Pancreas tissues of four types mice were dissected, rinsed in PBS, and fixed in 4% paraformaldehyde (Sigma-Aldrich) for 24 hours. The paraffin-embedded tissue samples were cut into a series of 4 μm section slides and stained with hematoxylin and eosin (Sigma-Aldrich). The morphological characteristics of pancreas tissues were observed in the images captured by an optical microscope (Nikon 80i).

2.8. Statistical Analysis

Data were shown as mean ± standard error of the mean (SEM) and analyzed with Student -test when comparing two groups or one-way analysis of variance (ANOVA) test followed by SNK-q multiple comparisons when comparing three or more groups using SPSS software (SPSS 17.0, Chicago, IL, USA). A value of was considered statistically significant.

3. Results

3.1. Different Metabolic Characters Were Shown in Four Types of Mice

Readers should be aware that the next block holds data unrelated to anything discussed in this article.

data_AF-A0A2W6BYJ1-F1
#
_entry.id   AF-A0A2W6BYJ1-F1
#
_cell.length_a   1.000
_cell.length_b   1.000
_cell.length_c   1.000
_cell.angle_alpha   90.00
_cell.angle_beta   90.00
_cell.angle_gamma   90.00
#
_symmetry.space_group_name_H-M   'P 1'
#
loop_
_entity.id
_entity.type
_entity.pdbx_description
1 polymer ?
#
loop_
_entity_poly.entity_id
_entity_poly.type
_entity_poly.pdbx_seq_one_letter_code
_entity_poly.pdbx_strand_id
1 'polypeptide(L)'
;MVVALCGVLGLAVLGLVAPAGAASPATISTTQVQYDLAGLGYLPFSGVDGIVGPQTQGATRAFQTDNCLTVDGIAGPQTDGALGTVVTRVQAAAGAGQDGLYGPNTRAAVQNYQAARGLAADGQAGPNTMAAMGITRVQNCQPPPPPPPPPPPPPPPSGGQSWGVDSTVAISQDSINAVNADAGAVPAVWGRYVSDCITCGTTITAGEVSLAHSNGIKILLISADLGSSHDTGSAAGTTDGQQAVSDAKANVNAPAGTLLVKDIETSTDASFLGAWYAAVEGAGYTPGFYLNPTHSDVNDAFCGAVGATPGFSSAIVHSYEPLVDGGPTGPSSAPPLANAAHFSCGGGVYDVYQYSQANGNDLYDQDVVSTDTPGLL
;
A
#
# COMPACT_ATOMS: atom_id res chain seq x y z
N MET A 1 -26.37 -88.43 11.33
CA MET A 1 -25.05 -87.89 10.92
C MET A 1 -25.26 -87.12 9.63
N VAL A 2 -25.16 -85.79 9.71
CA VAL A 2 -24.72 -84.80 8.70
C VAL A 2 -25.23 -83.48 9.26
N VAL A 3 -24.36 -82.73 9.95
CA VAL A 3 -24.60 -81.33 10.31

The fasting blood glucose and body weight levels of all mice were determined every 2 weeks and changes over time are presented (Figure 1). Within the mice with P. gingivalis infection, db/db mice exhibited hyperglycemia from the beginning of research and the fasting blood glucose was maintained at a high value as averagely 26 mmol/L during the experimental period. TH mice increased spontaneously and exhibited high glucose at 8 weeks old and then elevated continuously to a final value as approximately 25 mmol/L at sacrifice. STZ-C57 mice exhibited hyperglycemia 2 weeks after STZ injection at 8 weeks old and continued to increase from weeks 8–10. The level maintained steady as evenly 25 mmol/L from weeks 10–18, while the fasting blood glucose level of C57 mice maintained normal from 6 mmol/L to 7 mmol/L for the entire experimental period. The body weight level of db/db mice increased spontaneously from weeks 6–10 but decreased gradually after 10 weeks. Conversely, the body weight level of TH mice increased gradually during the research. The body weight level of C57 mice was steady, but the level of STZ-C57 mice in the infection groups decreased.